HealthLeaders Media QualityLeaders - November 20, 2008 | Safety Is In the Eye of the Beholder View as a Webpage | Subscribe for Free
Safety Is In the Eye of the Beholder
Jay Moore, managing editor, HealthLeaders Media
Everyone from senior executives to frontline staffers will tell you that patient safety is of the utmost importance. Organizations spend considerable time crafting initiatives to make patients safer at every stage of the care process. But when different parts of the organization harbor extremely different perceptions about the organization's safety culture, even the most well-intentioned program can be undermined.
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Nov. 20, 2008
Editor's Picks

C. diff rate in hospitals greater than previously thought
Some grim news here on the infection control front: A new survey shows that C. diff infections are spreading in U.S. hospitals at a rate of up to 20 times greater than previously thought. There aren't a lot of solutions offered in this piece—it's just one more reminder of what a critical issue infection control has become in a relatively short amount of time. [Read More]

Chronically ill U.S. patients often skip care due to costs
This piece details a new survey from the Commonwealth Fund that found chronically ill U.S. patients report more medical errors, spend more out-of-pocket money, and report more generally negative hospital experiences than patients in seven other industrialized countries: Australia, Canada, France, Germany, Great Britain, the Netherlands, and New Zealand. The notion that the United States doesn't get enough return on its considerable healthcare spending is a familiar refrain, but this story, to me, really drives the point home. I'm not totally certain the survey was always comparing apples to apples; researchers interviewed 7,500 people who had at least one chronic condition and had recently been hospitalized, had major surgery, or a recent serious illness, but costs and access vary from condition to condition, of course. And while something like out-of-pocket spending is fairly black and white, other perceptions of healthcare quality can hinge much more on an individual's personal perceptions. But it's a sobering story, nevertheless. [Read More]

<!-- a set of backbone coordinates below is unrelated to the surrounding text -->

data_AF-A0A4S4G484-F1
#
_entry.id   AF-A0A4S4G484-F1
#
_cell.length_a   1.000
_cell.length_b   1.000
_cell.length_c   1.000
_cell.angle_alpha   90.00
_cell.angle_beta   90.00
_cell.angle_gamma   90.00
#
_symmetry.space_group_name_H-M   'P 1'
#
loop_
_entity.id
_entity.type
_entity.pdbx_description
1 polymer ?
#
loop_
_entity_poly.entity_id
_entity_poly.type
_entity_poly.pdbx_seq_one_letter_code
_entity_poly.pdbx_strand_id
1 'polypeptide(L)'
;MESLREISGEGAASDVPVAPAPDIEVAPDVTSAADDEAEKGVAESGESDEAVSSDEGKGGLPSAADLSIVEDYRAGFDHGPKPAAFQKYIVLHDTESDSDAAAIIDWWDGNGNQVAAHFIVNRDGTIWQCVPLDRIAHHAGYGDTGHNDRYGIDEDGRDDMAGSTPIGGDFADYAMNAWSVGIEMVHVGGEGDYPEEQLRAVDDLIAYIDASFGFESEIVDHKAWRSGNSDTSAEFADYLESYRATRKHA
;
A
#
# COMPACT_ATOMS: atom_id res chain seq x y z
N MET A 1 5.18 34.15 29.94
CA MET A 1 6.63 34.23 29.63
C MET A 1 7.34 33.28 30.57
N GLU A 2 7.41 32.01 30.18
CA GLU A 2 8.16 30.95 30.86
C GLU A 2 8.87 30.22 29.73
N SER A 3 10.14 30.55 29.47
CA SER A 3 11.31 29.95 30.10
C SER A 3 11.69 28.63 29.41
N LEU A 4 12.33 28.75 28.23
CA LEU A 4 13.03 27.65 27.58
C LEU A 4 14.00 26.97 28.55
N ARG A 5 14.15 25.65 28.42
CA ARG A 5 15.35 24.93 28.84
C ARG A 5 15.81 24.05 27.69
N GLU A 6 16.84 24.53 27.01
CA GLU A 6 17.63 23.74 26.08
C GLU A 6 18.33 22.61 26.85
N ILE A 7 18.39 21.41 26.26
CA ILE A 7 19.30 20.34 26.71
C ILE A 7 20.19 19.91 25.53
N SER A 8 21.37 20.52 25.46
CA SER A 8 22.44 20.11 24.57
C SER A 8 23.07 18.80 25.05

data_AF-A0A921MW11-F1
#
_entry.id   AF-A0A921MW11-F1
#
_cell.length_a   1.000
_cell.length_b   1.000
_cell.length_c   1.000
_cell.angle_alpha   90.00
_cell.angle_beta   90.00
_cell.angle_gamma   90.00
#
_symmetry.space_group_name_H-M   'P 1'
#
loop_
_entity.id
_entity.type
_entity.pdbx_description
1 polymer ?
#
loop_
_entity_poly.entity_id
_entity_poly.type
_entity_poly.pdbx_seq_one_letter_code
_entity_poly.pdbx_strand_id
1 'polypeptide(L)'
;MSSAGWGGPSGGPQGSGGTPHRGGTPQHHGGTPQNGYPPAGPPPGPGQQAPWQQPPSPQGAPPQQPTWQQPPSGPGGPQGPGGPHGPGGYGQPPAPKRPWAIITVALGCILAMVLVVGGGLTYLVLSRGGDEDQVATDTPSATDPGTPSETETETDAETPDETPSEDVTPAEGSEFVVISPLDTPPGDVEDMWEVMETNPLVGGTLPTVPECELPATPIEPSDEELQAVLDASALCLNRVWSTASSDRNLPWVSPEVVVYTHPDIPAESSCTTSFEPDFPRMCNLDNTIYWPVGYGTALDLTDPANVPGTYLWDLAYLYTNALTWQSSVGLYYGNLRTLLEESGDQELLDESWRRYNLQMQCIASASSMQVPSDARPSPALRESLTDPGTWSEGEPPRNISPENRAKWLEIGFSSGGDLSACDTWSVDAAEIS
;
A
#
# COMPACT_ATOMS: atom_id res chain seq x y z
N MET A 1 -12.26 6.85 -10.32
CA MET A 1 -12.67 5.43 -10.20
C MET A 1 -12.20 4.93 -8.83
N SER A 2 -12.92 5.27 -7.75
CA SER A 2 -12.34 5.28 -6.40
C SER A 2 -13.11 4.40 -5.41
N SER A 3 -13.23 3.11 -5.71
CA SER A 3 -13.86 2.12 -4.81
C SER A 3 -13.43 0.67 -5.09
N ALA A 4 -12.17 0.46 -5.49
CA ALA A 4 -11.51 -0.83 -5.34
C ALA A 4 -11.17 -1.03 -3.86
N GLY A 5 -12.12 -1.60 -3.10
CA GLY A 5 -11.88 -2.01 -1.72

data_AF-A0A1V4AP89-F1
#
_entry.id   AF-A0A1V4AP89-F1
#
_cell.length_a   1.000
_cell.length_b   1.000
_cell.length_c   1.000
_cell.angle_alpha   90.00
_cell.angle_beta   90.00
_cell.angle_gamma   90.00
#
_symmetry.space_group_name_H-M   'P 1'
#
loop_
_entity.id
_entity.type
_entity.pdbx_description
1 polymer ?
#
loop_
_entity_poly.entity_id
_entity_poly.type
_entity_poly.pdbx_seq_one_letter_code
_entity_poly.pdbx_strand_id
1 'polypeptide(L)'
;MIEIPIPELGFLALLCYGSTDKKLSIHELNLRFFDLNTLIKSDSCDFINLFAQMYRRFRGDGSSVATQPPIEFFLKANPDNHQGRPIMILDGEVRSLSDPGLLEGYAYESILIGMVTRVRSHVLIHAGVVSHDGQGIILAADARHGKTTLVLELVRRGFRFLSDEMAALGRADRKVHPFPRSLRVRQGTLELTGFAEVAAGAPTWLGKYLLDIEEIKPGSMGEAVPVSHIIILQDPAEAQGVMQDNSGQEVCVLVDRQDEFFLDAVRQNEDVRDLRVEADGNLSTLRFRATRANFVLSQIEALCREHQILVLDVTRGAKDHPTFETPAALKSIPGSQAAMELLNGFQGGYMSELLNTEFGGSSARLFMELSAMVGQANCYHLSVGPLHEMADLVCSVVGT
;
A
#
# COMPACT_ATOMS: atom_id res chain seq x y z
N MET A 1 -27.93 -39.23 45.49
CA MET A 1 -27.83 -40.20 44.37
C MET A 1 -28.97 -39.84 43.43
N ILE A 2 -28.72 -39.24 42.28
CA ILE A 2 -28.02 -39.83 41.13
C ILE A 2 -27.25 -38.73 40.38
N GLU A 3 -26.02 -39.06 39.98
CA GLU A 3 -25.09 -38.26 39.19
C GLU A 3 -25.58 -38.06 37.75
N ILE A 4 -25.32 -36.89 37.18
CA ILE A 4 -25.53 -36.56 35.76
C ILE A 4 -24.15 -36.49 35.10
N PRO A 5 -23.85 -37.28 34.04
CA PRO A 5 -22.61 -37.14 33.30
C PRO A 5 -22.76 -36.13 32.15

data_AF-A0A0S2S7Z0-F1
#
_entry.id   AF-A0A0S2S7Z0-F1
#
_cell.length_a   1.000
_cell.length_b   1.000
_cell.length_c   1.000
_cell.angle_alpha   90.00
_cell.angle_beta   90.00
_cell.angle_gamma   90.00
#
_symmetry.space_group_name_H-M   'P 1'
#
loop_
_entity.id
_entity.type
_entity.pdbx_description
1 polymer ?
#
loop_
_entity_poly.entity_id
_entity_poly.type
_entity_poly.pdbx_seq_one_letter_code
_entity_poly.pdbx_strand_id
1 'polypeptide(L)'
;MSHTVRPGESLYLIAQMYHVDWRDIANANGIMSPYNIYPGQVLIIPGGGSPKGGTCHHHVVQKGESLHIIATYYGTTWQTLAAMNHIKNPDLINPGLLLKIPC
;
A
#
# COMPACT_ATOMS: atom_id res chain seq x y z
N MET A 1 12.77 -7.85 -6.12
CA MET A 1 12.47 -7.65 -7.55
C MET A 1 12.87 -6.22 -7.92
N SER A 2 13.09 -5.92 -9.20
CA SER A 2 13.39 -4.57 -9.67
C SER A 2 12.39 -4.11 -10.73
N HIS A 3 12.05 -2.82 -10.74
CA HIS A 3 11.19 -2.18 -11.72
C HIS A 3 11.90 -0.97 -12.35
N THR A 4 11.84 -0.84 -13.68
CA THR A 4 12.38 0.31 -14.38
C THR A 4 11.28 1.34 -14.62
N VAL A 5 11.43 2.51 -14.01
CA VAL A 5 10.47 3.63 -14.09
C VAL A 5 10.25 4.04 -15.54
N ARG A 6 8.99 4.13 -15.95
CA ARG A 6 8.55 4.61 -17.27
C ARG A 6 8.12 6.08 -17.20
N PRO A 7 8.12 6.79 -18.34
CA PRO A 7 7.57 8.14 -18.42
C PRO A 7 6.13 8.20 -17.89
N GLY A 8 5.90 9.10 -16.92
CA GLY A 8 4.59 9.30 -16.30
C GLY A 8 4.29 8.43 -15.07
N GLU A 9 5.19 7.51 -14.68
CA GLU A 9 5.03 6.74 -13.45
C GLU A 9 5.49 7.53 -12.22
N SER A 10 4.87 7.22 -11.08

MRSA: Patients revolt against hospital secrecy
A lengthy story here about consumer advocates' push for legislation to require hospitals to provide the public with infection rate report cards and to screen patients for MRSA. Some 25 states have some sort of infection rate disclosure requirement, but considerably fewer have mandatory MRSA screening laws. This piece uses the harrowing experience of an Illinois woman who had MRSA after ankle surgery (and is now a well-known patient advocate) to underscore the failings of many organizations in both preventing and disclosing MRSA. The story is consumer-centric and doesn't give hospitals much of a say—providers are definitely painted as the bad guy here—but whether we want to admit it or not, the things described in the story do happen, so I think the piece offers a glimpse into how some consumers view hospitals' infection efforts. [Read More]

Happy Thanksgiving!
From all of us at HealthLeaders Media, have a happy and safe Thanksgiving holiday. QualityLeaders will not publish next week, but will be back December 4.
This Week's Headlines
Drive-by flu shots
TIME - November 13, 2008

Blueprint outlines overhaul in Oregon
The Oregonian - November 15, 2008

Webcasts/Audio Conferences

From HealthLeaders Magazine
What's Your Brand?
That's what your patients want to know. But hospitals are discovering the same old differentiators aren't good enough anymore. Is YOUR organization ready to deliver on its brand promise? [Read More]   HealthLeaders November 2008
Leaders Forum
Quality: It's All About the Bike
We've got it all wrong as to what constitutes "healthcare quality," says contributor Morley Robbins. Robbins says our mistake is in thinking that quality is a unicycle—a singularly focused discipline that measures and seeks to improve the caliber of our clinical and technical processes, thus assuring superior patient outcomes. And while these clinically oriented processes and investments are centrally important to improved patient care delivery, this singular focus compromises the real depth of what determines "quality"—particularly as it relates to patients, their families, and caregivers. [Read More]
Audio Feature
Tracey Moorhead, president and CEO of DMAA: The Care Continuum Alliance, discusses the opportunities for population health improvement and DM companies in a medical home and the changes they may need to make. [Listen Now]
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